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Category Archives: FMCG Articles

Cheese Brands need a USP

Cheese Brands need a USP
Sir:  The title of my article is Cheese Brands need a USP as I read your Focus on Cheese with interest (‘The brands ride again’, 1 December, p43). It is intriguing to see that cheese brands are closing the gap on own label. However, in my opinion the value (not volume) growth that is driving this increase in market share has been created largely by the right promotions and the noise made in the Cheddar category.

It is generally accepted that in recession, consumers prefer price reductions to multibuys, due to the lower initial outlay. The Cheddar category is driving value growth by moving towards price reductions and fewer bogofs as it becomes harder for manufacturers to sustain this type of promotion and see genuine value growth.

Having worked in the cheese and dairy category for a number of years, I have seen very little evidence of consumer loyalty towards Cheddar brands or own-label products. Consumers will switch depending on the promotions running.

So what is the answer? I believe it is about creating and focusing on a stronger USP. This could be through packaging, although I tend to agree with Richard Clothier that consumers will not pay extra for better packaging solutions; nor will they switch brands. Perhaps format is the way forward – I certainly believe all usage occasions such as adult snacking have not been fully exploited.

Whatever the solution, the Holy Grail for manufacturers is to create a point of difference that resonates and drives loyalty; a task that has not been achieved to date.
Dave Marston, Category Wins


The new Tesco Price Promise – cliche or smart PR

The Tesco Price Promise – cliché or smart PR ? March 2013

The Tesco Price Promise launched this week re-ignited price wars between the supermarket and put the spotlight firmly on Tesco. In October last year Tesco announced its first fall in profits for nearly 18 years, by 11.6% to £1.7bn; a headline; Tesco’s recent performance has also not been helped by the horsemeat scandal, which as the UK’s leading supermarket, meant that Tesco found itself at the centre of the crisis. A crisis which continues and which is having a visible impact on sales and the way shoppers shop.

It is not surprising then, that Tesco have announced a new consumer price deal under the banner ‘Tesco Price Promise’ this week using £10 as its headline grabber. The question is, is will it turn consumers on ? In a recent consumer survey completed in a major dairy category, Taste / Flavour was always considered ahead of Price by shoppers.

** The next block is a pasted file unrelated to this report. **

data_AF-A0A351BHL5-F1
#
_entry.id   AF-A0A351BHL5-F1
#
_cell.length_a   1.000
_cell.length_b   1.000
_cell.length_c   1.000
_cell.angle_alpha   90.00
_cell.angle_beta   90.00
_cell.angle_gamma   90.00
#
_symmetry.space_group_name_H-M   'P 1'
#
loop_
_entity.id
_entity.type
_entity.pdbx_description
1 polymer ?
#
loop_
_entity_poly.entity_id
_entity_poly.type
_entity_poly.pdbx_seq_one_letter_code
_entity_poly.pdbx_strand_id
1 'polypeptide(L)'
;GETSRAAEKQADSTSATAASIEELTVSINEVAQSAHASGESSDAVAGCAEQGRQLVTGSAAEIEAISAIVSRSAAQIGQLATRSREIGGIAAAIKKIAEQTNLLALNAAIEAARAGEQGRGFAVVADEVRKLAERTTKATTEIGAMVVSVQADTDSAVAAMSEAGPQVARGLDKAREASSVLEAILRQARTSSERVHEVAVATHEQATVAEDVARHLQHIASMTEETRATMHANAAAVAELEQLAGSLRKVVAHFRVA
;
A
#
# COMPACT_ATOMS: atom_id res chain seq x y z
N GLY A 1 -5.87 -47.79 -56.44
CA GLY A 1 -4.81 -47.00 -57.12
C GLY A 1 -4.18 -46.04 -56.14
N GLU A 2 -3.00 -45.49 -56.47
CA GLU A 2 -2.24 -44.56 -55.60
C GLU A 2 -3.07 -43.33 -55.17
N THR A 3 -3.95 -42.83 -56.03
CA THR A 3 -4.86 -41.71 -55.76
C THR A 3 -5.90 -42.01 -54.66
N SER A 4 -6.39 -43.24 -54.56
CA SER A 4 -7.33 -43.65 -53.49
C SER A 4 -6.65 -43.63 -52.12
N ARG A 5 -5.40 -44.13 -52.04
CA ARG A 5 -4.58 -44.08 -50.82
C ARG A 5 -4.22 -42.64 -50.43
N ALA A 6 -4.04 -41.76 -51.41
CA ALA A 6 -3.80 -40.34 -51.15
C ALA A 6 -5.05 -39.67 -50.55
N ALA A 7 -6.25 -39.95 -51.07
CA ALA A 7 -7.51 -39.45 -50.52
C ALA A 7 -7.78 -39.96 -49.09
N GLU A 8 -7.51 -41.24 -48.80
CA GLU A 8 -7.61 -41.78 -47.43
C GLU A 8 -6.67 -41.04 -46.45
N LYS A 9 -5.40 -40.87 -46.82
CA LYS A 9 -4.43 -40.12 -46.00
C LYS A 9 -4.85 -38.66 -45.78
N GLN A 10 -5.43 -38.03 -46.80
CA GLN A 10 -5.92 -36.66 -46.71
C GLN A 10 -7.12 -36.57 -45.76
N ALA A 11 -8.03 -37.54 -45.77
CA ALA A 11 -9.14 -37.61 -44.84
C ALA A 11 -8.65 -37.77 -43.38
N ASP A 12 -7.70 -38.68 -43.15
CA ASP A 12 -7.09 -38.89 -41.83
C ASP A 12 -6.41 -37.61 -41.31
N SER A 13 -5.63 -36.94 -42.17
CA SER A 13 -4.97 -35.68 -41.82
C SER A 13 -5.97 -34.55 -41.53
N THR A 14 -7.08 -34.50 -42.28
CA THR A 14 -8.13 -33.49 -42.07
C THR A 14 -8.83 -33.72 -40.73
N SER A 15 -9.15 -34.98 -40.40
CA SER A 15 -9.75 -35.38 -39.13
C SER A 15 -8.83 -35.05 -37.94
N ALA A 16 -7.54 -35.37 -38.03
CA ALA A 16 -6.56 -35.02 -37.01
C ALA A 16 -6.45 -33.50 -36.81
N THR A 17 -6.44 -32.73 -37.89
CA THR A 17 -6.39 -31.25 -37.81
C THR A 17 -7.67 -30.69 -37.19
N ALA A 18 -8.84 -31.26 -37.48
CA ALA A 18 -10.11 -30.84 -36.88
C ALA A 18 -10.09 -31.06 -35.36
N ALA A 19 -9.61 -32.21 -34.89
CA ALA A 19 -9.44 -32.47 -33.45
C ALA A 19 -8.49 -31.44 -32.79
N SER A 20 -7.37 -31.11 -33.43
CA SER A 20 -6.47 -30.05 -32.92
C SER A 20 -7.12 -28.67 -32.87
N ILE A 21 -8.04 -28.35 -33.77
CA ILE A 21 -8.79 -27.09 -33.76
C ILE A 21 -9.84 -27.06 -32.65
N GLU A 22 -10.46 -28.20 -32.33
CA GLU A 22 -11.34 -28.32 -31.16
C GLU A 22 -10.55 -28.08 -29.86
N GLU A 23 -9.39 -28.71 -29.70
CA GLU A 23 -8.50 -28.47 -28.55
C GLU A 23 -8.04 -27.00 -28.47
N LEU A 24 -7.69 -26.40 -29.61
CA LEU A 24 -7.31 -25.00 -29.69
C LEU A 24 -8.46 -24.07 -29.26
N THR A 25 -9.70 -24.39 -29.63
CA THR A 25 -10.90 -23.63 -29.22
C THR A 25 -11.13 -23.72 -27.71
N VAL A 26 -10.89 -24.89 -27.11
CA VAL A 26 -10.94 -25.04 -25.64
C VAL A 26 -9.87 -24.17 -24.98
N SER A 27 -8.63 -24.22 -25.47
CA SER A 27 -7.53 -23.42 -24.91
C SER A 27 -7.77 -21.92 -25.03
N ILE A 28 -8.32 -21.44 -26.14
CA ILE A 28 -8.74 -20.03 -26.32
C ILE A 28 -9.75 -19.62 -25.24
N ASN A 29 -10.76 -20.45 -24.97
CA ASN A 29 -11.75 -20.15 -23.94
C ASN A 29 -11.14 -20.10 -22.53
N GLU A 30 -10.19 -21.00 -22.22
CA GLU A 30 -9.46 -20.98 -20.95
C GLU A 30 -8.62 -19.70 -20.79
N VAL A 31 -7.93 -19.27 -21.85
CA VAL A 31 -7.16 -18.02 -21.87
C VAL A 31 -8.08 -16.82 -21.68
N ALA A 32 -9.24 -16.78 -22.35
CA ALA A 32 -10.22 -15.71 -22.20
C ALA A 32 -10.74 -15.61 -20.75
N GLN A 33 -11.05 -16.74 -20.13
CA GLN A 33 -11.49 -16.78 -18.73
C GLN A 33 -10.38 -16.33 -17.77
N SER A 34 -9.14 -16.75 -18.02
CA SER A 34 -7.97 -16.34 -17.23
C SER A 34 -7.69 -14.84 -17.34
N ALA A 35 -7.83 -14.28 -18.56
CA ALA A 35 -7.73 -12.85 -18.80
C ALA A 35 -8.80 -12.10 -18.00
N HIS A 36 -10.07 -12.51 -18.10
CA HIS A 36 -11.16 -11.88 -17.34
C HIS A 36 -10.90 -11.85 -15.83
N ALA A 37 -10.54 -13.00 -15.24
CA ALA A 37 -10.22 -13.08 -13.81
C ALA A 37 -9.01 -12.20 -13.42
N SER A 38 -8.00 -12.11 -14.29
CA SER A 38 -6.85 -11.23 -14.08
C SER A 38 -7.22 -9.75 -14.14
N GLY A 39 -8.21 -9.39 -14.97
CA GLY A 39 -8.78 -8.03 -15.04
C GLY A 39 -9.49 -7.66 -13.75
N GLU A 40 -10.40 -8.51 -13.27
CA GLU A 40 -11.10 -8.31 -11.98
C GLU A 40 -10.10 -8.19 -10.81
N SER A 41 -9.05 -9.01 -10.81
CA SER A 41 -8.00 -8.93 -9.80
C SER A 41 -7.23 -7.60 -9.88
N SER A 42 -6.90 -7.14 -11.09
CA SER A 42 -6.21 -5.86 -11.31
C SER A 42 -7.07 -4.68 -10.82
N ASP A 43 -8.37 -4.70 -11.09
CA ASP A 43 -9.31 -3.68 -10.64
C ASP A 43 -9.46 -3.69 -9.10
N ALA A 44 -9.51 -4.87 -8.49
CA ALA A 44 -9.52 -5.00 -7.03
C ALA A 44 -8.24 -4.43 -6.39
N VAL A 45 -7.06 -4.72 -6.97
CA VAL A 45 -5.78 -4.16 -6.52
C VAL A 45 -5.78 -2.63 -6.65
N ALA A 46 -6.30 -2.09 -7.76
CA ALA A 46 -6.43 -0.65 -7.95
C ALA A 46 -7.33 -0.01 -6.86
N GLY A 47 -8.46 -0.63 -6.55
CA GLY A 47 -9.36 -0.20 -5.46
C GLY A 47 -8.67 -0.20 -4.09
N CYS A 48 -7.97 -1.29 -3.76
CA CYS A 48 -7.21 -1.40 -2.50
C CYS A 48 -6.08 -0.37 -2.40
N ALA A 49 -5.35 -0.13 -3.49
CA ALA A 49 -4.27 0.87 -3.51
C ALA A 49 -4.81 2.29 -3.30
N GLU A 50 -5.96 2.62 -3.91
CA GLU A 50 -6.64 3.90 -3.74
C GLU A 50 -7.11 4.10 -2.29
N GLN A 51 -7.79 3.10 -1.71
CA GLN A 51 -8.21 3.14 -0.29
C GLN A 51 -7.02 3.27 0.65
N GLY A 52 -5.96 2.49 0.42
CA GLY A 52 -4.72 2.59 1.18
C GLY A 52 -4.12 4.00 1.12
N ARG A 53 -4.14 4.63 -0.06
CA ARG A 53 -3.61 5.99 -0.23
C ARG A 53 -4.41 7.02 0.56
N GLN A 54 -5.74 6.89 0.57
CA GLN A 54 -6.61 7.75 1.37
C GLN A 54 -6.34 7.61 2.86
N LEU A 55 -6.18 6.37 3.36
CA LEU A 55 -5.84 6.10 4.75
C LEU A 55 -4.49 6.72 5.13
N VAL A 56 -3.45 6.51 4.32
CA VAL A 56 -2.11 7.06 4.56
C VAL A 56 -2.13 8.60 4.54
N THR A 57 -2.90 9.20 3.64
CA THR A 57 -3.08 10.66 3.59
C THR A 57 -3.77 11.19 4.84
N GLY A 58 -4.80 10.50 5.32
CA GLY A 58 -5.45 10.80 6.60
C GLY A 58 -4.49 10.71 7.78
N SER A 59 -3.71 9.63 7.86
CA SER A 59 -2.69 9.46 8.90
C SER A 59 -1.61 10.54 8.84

However Britain’s major supermarkets still, all continue to push a low pricing agenda. This is perhaps not surprising when 59% of UK consumers consider standard or value private label options when doing their Grocery Shop (although this is lower than the rest of Europe suggesting potential room for  growth) (Nielsen Global Survey of New Product Purchase Sentiment, Jan 2013).

What the promise does do, however is bring Tesco’s value proposition to the for-front of consumers’ minds, which is the gist of what Chris Bush is getting at with his comment ‘More than ever, in today’s climate we know customers want to rely on us to offer best possible prices’ (the Grocer 16th March P.15). Also this message is re-enforced at a key time in the interaction between shopper and the supermarket: at the till. It will also create some re-assurance at a time when consumers are not feeling particularly adventurous (40% of Britons are less like to consider new products in the current economic climate (Nielsen Global Survey of New Product Purchase Sentiment, Jan 2013).

But is there significant difference between the Tesco Price Promise and the other supermarkets offers in the eyes of the consumer; this is where I do agree with the Adam Leyland’s assessment in his editors column that the devil will be in the detail and adding Private Label attempts to create a point of difference but also makes things complicated; especially as Retailers when working with Private Label manufacturers both look for and insist on a tangible point of difference in a product range hence the difficulties when comparing private label across the market.

However with consumers being savvy at the moment and also wanting simplicity (55% of Which? members preferred simple price reductions in its recent report on Britain’s supermarkets), I tend to agree with the Grocer article, in that the Tesco Price Promise wont drive further sales; but I also don’t think it will have a significant impact on customer loyalty, as consumers are bombarded with a great deal of value messages at the moment; but I do think it will help re-enforce Tesco’s credentials with its core shoppers which is the first step in turning around recent woes and driving growth.